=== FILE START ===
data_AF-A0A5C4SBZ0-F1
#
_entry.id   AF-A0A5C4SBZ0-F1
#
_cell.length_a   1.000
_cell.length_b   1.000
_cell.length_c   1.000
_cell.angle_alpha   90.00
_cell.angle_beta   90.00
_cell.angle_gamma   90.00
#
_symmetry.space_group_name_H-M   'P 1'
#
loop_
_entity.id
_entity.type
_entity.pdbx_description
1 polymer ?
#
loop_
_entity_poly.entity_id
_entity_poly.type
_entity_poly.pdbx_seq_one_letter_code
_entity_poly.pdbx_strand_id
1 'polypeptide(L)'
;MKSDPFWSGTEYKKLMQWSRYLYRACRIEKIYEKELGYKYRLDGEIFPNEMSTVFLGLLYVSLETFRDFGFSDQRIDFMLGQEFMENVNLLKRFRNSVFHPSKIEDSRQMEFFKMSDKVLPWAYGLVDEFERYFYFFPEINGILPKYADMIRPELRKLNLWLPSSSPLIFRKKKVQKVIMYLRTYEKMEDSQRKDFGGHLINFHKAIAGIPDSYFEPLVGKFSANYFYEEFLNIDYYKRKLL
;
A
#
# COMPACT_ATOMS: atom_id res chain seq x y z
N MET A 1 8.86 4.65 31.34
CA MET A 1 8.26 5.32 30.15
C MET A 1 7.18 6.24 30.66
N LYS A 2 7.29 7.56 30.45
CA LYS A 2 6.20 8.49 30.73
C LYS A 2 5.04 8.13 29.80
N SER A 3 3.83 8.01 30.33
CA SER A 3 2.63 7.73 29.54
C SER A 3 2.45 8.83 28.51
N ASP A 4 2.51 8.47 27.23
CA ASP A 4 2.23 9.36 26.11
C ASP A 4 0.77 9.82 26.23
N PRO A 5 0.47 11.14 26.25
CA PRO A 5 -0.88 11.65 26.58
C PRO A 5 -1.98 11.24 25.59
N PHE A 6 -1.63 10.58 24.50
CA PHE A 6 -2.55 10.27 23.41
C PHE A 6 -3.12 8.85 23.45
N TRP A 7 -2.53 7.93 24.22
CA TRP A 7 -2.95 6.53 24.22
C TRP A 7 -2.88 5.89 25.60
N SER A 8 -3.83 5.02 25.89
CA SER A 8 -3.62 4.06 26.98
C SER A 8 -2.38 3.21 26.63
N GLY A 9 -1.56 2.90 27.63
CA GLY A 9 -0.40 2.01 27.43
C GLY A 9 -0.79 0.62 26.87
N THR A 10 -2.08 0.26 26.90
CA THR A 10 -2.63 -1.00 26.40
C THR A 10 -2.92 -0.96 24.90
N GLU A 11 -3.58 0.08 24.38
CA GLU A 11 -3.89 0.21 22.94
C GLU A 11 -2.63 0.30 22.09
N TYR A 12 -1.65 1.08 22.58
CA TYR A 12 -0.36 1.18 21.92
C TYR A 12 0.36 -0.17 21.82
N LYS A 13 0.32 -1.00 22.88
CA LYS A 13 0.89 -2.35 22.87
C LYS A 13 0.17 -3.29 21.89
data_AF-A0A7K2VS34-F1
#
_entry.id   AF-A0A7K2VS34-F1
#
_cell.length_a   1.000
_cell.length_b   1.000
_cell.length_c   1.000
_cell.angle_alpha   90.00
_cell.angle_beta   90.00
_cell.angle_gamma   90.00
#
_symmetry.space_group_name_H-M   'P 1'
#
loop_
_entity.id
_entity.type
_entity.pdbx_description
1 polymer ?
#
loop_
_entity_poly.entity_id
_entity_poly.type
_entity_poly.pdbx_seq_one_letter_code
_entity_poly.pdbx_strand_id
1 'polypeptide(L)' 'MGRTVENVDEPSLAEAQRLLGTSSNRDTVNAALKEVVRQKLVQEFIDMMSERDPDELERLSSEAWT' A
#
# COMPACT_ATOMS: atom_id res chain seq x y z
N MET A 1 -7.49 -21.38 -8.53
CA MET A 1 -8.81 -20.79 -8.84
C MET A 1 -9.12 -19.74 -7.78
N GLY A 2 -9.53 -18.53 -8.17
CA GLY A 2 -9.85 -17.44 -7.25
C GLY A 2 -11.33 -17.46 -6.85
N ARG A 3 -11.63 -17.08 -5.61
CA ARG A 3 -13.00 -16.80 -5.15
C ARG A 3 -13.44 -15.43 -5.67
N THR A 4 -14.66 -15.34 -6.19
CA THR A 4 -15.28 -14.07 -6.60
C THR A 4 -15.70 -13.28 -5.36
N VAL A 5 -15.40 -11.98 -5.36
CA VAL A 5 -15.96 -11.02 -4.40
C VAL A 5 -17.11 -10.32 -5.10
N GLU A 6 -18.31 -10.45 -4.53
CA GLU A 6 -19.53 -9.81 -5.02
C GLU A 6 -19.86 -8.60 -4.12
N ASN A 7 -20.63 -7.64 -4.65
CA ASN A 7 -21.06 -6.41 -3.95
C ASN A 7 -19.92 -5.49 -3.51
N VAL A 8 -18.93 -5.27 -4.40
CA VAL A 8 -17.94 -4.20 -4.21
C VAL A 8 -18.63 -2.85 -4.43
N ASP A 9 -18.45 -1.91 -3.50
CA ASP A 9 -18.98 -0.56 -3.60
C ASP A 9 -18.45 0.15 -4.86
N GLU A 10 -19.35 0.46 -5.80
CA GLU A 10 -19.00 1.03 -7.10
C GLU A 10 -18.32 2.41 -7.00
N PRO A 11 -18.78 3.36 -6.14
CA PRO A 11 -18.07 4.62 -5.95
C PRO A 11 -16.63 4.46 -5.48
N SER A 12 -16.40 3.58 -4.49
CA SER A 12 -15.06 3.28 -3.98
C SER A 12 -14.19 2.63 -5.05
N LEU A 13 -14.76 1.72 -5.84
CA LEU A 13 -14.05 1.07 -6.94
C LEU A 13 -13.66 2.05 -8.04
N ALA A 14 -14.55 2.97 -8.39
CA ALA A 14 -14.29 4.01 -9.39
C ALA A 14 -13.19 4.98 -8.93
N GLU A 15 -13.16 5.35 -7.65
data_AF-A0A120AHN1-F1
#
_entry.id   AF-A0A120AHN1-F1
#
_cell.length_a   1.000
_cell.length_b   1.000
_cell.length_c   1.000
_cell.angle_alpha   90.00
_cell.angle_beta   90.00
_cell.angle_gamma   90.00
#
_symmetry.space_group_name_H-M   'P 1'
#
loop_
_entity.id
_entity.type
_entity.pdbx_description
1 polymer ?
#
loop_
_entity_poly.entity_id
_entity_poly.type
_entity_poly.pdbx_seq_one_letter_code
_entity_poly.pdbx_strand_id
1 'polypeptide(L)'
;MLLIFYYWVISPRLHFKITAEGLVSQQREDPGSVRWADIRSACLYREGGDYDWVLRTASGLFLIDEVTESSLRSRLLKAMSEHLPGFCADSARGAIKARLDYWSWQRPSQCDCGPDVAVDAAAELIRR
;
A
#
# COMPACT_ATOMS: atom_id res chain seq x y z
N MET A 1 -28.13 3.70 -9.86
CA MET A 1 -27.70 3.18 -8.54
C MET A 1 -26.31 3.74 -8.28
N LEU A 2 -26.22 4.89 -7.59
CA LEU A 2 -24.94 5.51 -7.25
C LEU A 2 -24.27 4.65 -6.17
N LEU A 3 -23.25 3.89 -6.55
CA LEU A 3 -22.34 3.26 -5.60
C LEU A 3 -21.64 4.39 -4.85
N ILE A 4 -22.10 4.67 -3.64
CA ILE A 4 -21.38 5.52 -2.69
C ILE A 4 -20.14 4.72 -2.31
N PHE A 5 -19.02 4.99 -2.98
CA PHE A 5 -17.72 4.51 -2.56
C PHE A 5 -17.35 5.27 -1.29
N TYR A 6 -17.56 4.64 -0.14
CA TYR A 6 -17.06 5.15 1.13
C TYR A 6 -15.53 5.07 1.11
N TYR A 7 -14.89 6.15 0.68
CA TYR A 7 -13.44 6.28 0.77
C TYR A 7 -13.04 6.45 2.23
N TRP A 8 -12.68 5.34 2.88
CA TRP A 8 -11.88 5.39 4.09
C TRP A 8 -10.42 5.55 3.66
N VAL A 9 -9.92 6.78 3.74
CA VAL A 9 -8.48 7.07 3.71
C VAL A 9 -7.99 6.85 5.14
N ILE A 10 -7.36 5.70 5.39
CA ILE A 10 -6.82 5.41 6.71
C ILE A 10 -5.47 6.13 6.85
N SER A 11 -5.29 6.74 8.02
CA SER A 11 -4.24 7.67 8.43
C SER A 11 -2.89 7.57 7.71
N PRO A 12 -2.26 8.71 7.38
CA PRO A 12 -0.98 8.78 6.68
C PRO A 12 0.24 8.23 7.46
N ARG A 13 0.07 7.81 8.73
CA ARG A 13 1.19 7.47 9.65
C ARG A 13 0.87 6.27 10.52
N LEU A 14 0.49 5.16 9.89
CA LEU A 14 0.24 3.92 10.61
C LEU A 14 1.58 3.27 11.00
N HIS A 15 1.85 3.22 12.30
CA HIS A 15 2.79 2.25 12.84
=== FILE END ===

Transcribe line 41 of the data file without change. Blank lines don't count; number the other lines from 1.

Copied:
CA ASP A 4 2.23 9.36 26.11